Many everyday products are made – at least in part – of plastic. The most commonly used plastic base is currently polyethylene. It’s durable and can be formed into all kinds of different shapes, which is why its so popular and used in so many different ways – including in plastic drinks bottles, shopping bags, food packaging and even polar fleeces – before (often after being used just once), it ends up being discarded.

Plastics are incredible durable and break down extremely slowly – so slowly, in fact, that there is little first-hand evidence of their decomposition rate (because they simply haven’t been around long enough yet) and scientists are forced to make educated guesses (up to 500 years for plastic bags!)

While plastics don’t biodegrade like organic debris would, they do photodegrade, meaning they break down when exposed to UV rays, into smaller and smaller pieces. In 2009, Japanese researchers found that when in warm ocean water and exposed to friction and sunlight, plastics degrade even faster than first thought. This might sound good at first, but the photodegradation process releases the additives that plastics contain, such as bisphenol A (BPA) and polystyrene (PS) oligomer, which are thought to have detrimental effects on animal and human health.

And unlike organic waste which biodegrades, plastics remain a polymer and simply disintegrate into ever smaller pieces. The majority of the plastic waste in the sea is thought to be in the form of these tiny microplastic (meaning any plastic piece less than 5mm in diameter) particles. The 2017 United Nations Clean Seas Campaign estimated that there are 51 trillion microplastic particles in our oceans today—500 times more than the number of stars in our galaxy.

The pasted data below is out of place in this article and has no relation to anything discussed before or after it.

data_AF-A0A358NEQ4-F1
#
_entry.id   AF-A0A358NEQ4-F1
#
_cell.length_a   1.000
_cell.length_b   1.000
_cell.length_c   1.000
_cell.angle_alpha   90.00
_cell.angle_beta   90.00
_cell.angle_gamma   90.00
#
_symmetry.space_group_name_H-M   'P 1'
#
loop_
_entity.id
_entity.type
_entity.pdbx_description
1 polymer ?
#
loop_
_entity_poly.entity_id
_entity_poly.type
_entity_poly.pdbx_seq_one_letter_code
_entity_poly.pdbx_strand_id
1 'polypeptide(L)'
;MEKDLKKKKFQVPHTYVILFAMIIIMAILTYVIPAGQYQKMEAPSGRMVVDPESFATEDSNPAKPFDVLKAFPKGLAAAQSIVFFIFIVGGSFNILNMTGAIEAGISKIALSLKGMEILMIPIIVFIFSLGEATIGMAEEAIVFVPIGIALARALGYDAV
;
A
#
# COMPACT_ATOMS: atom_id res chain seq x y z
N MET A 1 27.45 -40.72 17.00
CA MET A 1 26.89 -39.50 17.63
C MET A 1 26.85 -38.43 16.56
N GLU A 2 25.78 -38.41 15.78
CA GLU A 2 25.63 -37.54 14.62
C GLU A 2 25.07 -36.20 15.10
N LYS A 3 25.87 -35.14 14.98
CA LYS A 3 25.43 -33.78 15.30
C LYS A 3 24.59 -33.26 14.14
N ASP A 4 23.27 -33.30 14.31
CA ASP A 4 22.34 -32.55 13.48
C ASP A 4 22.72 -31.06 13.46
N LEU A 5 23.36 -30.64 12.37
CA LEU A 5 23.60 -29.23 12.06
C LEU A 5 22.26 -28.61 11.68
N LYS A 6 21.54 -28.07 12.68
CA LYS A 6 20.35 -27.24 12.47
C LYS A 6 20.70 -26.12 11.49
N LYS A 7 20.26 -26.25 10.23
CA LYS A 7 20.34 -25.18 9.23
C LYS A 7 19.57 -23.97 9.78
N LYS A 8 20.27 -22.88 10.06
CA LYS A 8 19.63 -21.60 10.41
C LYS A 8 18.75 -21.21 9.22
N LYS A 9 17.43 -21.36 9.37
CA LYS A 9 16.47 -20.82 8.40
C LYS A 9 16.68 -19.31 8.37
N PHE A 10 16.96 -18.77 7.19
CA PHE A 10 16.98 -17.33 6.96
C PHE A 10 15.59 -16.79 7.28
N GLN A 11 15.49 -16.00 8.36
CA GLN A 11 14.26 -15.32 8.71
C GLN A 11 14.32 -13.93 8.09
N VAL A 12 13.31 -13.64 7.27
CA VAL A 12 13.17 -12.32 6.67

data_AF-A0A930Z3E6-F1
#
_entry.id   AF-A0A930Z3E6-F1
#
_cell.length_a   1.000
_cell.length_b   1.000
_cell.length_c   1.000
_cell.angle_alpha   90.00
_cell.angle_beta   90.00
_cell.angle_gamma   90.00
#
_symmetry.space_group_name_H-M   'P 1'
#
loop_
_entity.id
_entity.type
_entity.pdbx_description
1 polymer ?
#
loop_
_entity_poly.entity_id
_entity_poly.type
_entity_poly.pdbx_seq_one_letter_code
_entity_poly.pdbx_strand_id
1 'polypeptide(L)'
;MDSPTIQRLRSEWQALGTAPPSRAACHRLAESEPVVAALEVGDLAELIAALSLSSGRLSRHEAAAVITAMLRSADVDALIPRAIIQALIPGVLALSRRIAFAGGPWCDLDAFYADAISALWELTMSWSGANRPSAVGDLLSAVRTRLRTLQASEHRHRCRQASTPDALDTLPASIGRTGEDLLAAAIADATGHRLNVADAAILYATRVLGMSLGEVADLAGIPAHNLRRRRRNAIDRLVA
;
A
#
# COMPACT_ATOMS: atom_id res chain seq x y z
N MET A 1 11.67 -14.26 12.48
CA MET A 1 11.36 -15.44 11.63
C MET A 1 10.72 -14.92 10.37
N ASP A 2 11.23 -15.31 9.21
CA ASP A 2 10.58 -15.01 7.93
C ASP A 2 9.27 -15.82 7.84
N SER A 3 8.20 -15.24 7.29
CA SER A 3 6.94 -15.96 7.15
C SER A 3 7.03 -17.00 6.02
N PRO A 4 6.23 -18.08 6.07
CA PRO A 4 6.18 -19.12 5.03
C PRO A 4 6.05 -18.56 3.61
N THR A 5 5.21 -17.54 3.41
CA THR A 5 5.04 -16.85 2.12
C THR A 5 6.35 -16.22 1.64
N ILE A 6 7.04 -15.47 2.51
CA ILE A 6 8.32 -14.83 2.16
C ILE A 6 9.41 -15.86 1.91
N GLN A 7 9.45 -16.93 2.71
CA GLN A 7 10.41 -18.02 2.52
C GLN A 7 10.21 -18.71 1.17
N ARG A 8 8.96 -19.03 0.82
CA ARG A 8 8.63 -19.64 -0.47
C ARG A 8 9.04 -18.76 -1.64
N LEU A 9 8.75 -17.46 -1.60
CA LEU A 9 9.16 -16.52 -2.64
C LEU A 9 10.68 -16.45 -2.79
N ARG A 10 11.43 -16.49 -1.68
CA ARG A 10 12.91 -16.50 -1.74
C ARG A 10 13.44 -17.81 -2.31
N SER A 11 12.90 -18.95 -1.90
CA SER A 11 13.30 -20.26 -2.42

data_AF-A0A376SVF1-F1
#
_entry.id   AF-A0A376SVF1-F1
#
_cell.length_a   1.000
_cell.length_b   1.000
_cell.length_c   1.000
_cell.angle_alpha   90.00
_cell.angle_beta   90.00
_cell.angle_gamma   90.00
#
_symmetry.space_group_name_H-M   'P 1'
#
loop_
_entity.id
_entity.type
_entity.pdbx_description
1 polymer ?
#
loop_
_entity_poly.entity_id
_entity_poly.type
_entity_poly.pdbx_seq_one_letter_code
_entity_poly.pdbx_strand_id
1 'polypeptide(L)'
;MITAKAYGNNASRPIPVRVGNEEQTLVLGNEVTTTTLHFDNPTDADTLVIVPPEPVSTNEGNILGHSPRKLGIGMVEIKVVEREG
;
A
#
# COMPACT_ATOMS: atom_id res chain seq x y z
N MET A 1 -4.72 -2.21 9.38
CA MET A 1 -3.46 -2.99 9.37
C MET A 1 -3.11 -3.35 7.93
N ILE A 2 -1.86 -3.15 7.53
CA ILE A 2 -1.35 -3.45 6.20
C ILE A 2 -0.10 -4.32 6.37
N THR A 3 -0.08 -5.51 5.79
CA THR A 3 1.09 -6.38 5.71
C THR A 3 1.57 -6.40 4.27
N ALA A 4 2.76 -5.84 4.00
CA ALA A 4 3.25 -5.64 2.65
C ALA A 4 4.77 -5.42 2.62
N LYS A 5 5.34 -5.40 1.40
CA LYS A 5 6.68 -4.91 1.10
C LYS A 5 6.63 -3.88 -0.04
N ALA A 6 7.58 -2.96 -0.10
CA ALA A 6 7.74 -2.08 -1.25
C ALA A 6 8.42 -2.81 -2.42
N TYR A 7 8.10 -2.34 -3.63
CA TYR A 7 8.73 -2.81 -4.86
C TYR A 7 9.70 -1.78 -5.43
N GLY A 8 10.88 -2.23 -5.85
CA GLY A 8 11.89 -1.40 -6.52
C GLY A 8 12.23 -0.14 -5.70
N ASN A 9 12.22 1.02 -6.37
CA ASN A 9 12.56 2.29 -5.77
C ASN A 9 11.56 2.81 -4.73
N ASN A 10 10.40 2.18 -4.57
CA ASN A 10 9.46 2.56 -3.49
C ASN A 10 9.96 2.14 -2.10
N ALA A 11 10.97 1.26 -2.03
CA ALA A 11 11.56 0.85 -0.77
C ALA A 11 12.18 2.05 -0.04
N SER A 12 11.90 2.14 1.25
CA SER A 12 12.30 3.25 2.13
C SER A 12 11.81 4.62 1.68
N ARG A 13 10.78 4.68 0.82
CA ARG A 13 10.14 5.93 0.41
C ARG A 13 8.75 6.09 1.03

Plastic on Land = Plastic in the Sea

Plastic is almost impossible to escape in everyday life, with most of us surrounded by it all day long. From the keyboard you’re typing on, or the smartphone in your hand, it’s almost impossible to avoid. We’ve produced roughly 8.3 billion metric tonnes of plastic produced over the past 70 years, and almost 80 per cent of it has been discarded into landfill or the environment, including the ocean. And because it can take several hundreds of years for plastic to break down, there’s a chance that any plastic product used – if not recycled or disposed of responsibly – will end its life carried by rivers and the wind and ending up in the sea, even if it was originally thrown onto a rubbish dump far away from the coast. One study published in Science in 2015 suggests that as much as 8 million metric tons (8.8 million short tons) of plastic wound up in the ocean in 2010 alone, that’s five plastic bags filled with plastic for every foot of coastline in the world.